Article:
A leading sports lawyer has warned the NRL and their clubs face the prospect of sponsors walking away in droves during the coronavirus pandemic.
Sponsorship represents the second biggest form of revenue for each of the 16 clubs following NRL grants, and is worth millions in apparel, player partnerships and hospitality streams.
A working group has been set up by the NRL and clubs to combat the issue.
But Brisbane-based sports lawyer Tim Fuller from Gadens warned sponsors would be within their rights to stop paying clubs, particularly if the 2020 competition does not resume.
"I think we're going to see terminations in the days ahead, weeks to come," Fuller warned.
"They probably would be prepared to basically comply with their obligations under the contract as long as there's light at the end of the tunnel.
"Otherwise they're going to walk away in droves.
"The NRL have got to walk their way through with all these sponsors.
"The next few days will be fascinating because there is potential for sponsors to leave en masse, and that'll leave a huge hole in club and game funds."
Fuller said most sponsorship contracts would centre around the 24 games for each club, or the full 25 rounds plus finals.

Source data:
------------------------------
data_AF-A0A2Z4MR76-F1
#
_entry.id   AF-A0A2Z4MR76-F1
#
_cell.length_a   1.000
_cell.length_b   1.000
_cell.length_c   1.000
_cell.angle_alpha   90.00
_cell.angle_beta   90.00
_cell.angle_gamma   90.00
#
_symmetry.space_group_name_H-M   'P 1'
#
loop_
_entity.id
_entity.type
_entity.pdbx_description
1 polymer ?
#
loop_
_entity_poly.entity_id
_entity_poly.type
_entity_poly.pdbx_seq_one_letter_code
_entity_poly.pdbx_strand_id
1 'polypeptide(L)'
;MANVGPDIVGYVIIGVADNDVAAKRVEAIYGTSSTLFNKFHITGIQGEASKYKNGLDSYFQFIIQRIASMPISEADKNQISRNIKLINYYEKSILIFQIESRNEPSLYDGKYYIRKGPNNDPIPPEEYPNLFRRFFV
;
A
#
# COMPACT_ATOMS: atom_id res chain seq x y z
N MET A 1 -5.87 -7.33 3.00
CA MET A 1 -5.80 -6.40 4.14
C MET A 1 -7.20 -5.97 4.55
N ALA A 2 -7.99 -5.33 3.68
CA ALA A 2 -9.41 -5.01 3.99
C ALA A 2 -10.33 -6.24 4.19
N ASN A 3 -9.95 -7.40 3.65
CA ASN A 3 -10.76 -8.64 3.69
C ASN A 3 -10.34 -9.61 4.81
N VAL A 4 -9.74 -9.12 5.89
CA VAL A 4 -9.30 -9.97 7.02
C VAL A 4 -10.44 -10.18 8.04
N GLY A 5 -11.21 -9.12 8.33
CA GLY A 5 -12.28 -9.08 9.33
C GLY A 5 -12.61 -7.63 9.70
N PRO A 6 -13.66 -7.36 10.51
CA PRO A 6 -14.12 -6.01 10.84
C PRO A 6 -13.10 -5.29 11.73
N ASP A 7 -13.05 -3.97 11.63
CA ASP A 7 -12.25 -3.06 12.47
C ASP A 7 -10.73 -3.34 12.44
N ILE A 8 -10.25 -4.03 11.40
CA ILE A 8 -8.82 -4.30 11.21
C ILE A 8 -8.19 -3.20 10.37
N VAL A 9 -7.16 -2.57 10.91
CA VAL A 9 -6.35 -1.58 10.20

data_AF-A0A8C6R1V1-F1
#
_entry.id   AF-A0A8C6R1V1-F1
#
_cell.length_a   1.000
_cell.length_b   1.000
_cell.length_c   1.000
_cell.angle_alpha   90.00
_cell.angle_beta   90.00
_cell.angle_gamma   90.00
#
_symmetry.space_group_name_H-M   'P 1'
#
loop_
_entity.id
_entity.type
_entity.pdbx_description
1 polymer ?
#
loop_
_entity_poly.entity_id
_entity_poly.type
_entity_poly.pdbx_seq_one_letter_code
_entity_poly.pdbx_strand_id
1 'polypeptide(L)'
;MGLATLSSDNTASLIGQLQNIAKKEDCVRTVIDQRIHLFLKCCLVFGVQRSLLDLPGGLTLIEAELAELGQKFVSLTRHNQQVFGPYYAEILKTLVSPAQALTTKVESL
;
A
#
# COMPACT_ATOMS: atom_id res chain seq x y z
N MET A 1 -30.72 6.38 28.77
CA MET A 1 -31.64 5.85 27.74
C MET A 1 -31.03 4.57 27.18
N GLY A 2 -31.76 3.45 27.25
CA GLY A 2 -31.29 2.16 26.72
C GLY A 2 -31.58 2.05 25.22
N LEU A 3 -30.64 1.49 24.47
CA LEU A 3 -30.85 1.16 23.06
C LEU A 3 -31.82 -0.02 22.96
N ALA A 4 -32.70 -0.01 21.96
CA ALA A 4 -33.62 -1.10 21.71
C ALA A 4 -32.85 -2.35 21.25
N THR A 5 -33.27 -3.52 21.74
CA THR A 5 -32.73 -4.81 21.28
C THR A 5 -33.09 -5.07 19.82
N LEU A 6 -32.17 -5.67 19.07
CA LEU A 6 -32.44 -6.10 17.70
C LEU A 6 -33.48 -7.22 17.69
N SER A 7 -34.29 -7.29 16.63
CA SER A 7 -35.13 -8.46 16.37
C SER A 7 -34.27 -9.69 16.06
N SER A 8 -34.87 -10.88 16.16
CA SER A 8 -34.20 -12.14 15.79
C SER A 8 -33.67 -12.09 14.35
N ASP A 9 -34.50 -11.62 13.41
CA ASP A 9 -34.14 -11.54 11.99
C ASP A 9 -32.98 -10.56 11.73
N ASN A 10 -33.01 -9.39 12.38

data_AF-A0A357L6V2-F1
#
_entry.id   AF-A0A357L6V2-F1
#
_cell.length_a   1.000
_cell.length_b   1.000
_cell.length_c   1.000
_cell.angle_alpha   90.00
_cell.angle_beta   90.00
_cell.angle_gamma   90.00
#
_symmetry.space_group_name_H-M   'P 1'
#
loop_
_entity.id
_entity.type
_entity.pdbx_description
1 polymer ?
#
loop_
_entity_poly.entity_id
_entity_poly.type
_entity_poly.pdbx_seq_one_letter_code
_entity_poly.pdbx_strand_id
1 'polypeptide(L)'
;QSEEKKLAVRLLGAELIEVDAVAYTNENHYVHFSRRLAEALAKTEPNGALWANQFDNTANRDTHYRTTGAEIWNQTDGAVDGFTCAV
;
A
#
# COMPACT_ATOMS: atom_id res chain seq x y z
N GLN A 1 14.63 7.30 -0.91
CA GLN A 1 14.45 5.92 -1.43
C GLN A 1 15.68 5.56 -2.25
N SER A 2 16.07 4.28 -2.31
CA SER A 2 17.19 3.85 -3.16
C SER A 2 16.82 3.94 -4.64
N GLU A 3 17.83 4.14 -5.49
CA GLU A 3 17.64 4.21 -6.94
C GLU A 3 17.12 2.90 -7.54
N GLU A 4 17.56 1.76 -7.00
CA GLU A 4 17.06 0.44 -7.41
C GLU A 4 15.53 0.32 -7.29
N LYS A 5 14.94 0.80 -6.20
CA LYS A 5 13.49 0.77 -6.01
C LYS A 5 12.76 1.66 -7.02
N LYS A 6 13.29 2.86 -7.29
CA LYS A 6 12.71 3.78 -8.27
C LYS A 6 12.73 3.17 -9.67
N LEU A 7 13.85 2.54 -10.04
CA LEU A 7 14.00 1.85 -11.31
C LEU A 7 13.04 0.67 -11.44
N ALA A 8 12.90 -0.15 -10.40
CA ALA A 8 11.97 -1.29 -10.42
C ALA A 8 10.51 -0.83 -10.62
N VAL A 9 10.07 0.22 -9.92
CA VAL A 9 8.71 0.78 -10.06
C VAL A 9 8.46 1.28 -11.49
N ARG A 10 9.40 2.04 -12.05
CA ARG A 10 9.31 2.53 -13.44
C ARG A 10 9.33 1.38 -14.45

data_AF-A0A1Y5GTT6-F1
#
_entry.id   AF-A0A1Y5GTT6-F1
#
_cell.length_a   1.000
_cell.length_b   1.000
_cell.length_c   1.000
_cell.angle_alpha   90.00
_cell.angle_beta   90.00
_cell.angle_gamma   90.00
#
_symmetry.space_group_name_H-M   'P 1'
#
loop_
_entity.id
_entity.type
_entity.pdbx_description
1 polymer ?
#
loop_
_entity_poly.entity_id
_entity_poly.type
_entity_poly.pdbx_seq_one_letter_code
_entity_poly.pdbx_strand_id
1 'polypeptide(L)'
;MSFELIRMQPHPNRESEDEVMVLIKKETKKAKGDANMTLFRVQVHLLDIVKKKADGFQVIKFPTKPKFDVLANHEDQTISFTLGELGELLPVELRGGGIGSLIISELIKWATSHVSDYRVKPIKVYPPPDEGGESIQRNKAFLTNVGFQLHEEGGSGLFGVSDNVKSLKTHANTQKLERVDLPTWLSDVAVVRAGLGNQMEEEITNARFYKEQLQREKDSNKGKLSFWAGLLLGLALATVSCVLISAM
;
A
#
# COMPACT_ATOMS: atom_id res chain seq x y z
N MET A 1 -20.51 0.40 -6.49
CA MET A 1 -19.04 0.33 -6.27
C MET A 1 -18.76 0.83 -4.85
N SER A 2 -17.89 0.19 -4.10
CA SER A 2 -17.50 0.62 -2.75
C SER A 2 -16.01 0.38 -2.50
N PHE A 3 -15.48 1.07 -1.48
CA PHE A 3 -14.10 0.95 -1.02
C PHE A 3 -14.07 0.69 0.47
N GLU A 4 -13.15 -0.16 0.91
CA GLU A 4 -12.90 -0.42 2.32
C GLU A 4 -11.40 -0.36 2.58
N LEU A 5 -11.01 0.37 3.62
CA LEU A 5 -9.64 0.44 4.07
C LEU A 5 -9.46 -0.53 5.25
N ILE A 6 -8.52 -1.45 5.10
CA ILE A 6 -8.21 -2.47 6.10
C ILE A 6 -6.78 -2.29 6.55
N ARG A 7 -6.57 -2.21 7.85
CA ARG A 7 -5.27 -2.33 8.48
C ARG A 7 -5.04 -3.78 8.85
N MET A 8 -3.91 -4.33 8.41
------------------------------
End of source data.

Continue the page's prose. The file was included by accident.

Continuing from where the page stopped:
It's understood the NRL's major sponsor Telstra is in discussions with a number of sporting codes in relation to the impacts of the virus on the regular season and the agreements they have in place.
Third-party player deals could also fall over if the game's stars are unable to fulfil their obligations.
Staff at clubs have spent this week trying to find ways to keep sponsors involved and offer them some kind of exposure during the suspension.
The Wests Tigers announced on Thursday they would stream video games against their respective opponents each week, with players wearing club merchandise.
Other clubs were also looking at social media activations and streamed interviews that would still show players in team kit with sponsors displayed.
Fuller said one option for the league and its clubs was to offer sweeteners to companies to stay on.
"There could be some sort of negotiation between the sponsor and the game where there might be an extension of the sponsorship agreement," Fuller said.
"Say for example Telstra's contract was due to terminate or expire this year, they might get an extension on that and be contracted for the next 18 months."
Other concerns for clubs could be if the corporate partners fell into financial trouble, with most companies set to feel the pinch of the virus and economic slowdown.